Members of the USG discussed University mental health policy in light of recent wider public discussion of the subject at their weekly senate meeting on Sunday.
U-Councilor Zhan Okuda-Lim ’15 noted that the Mental Health Initiative board was hoping to write an editorial to publish in The Daily Princetonian within the next week to express the USG’s position on mental health policy. However, he said that the board would first have to study effective practices for mental health policy before making recommendations. The op-ed ran on Tuesday.
Associate Dean of Undergraduate Students Michael Olin is planning to hold focus groups with students to gauge views on the subject, Okuda-Lim added.
USG also discussed how to advertise its own focus groups for students to discuss mental health.
U-Council chair Elan Kugelmass ’14 questioned the motivations behind the University’s demand for medical records upon withdrawn students’ readmission to the University.
“I know of no one in the Office of [the Dean of Undergraduate Students] who is a psychologist, who is a psychiatrist or has any kind of mental health training that would allow them to make a determination in a way that was superior to that of a mental health professional to inform the decision whether to allow students to return to campus,” Kugelmass said.
U-Councilor Sol Taubin ’16 added that there is no guarantee that students who withdraw from the University voluntarily or involuntarily will be readmitted and said the Mental Health Initiative board should look into the issue.
“The Undergraduate Announcement has a very vague paragraph regarding involuntary withdrawals that none of us could even parse through,” Okuda-Lim said, adding that clarification is needed to ascertain the University’s policy on involuntary withdrawals.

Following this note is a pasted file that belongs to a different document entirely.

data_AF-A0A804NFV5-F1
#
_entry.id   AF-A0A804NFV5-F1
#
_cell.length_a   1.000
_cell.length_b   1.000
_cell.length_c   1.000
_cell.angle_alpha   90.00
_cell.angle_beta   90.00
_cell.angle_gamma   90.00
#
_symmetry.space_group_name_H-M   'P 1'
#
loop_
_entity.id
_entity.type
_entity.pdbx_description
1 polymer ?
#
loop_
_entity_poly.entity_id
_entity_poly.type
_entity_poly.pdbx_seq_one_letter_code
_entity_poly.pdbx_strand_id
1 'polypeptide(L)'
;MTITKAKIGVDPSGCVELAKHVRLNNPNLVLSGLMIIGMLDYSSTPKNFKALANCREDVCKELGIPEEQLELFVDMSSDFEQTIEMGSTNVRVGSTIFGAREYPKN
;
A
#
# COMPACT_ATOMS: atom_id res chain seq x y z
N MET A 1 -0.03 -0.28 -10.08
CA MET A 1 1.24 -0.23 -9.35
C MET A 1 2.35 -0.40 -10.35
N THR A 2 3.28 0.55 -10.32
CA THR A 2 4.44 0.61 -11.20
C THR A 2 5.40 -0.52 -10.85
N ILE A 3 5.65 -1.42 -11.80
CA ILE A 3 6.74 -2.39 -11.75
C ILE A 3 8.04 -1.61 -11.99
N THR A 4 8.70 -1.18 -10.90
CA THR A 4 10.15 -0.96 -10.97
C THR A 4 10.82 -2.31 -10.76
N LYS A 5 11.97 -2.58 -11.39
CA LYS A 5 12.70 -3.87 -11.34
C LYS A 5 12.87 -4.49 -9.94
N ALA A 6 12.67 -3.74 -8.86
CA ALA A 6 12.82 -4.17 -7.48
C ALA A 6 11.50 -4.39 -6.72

Kugelmass added that a questionnaire would be formulated to obtain clarification from University administrators as to their exact policies on mental health.
USG also addressed an approximately $24,000 surplus in the budget that was left after accounting for the original plan of spending $6,000 on the Dean’s Date celebration. Members proposed purchasing more types of food and food trucks, hiring student bands, a mass purchase of stress balls for students and hosting a thrift sale for Dean’s Date.
However, Deputy Dean of Undergraduate Students Thomas Dunne stepped in to inform USG that he didn’t believe its funds expired at the end of the University fiscal year on June 30 but instead rolled over.
Okuda-Lim requested that treasurer Regina Cai ’15 obtain clarification on whether the funds would roll over.
“Historically, we’ve operated with the understanding that when the University’s fiscal year ends, so does our account essentially,” Okuda-Lim said.
Plans to conduct a survey about grade deflation or ask the University for its own data set were also discussed.
“Students are looking for us to advocate for them, and I do believe most students are against grade deflation,” U-Councilor Dallas Nan ’16 said.
The body also discussed its organizational plans for a reorientation program next fall for readmitted students, using a new statistical test to make policy recommendations regarding the experiences of international students, as well as the possibility of implementing a contest that would award a cash prize to the best new TigerApp.